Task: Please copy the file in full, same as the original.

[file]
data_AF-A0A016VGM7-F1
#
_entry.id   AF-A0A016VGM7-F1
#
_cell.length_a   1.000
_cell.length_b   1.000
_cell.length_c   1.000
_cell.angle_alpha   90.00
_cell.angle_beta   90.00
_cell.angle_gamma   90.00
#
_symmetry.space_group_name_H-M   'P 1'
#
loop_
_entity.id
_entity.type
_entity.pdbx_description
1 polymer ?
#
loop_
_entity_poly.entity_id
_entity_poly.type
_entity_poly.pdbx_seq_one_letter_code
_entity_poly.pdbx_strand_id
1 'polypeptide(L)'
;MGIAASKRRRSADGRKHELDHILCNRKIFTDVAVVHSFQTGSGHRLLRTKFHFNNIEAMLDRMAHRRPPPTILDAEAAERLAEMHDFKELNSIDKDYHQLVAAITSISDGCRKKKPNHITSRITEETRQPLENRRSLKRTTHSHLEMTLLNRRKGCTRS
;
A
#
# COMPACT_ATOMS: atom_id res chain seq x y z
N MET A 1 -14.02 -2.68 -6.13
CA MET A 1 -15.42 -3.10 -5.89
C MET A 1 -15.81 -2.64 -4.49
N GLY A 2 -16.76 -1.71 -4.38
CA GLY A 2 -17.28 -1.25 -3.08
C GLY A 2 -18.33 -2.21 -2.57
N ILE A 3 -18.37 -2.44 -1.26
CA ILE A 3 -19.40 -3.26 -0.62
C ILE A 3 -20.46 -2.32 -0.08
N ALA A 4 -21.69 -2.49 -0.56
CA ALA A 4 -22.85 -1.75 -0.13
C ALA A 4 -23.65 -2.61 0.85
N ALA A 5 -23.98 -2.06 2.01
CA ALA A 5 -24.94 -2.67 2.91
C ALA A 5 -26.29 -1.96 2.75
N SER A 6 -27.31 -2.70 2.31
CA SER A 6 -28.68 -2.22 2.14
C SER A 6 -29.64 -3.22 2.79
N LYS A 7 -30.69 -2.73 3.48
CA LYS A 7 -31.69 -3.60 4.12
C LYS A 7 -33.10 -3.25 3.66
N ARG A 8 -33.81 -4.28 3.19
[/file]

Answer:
data_AF-A0A016VGM7-F1
#
_entry.id   AF-A0A016VGM7-F1
#
_cell.length_a   1.000
_cell.length_b   1.000
_cell.length_c   1.000
_cell.angle_alpha   90.00
_cell.angle_beta   90.00
_cell.angle_gamma   90.00
#
_symmetry.space_group_name_H-M   'P 1'
#
loop_
_entity.id
_entity.type
_entity.pdbx_description
1 polymer ?
#
loop_
_entity_poly.entity_id
_entity_poly.type
_entity_poly.pdbx_seq_one_letter_code
_entity_poly.pdbx_strand_id
1 'polypeptide(L)'
;MGIAASKRRRSADGRKHELDHILCNRKIFTDVAVVHSFQTGSGHRLLRTKFHFNNIEAMLDRMAHRRPPPTILDAEAAERLAEMHDFKELNSIDKDYHQLVAAITSISDGCRKKKPNHITSRITEETRQPLENRRSLKRTTHSHLEMTLLNRRKGCTRS
;
A
#
# COMPACT_ATOMS: atom_id res chain seq x y z
N MET A 1 -14.02 -2.68 -6.13
CA MET A 1 -15.42 -3.10 -5.89
C MET A 1 -15.81 -2.64 -4.49
N GLY A 2 -16.76 -1.71 -4.38
CA GLY A 2 -17.28 -1.25 -3.08
C GLY A 2 -18.33 -2.21 -2.57
N ILE A 3 -18.37 -2.44 -1.26
CA ILE A 3 -19.40 -3.26 -0.62
C ILE A 3 -20.46 -2.32 -0.08
N ALA A 4 -21.69 -2.49 -0.56
CA ALA A 4 -22.85 -1.75 -0.13
C ALA A 4 -23.65 -2.61 0.85
N ALA A 5 -23.98 -2.06 2.01
CA ALA A 5 -24.94 -2.67 2.91
C ALA A 5 -26.29 -1.96 2.75
N SER A 6 -27.31 -2.70 2.31
CA SER A 6 -28.68 -2.22 2.14
C SER A 6 -29.64 -3.22 2.79
N LYS A 7 -30.69 -2.73 3.48
CA LYS A 7 -31.69 -3.60 4.12
C LYS A 7 -33.10 -3.25 3.66
N ARG A 8 -33.81 -4.28 3.19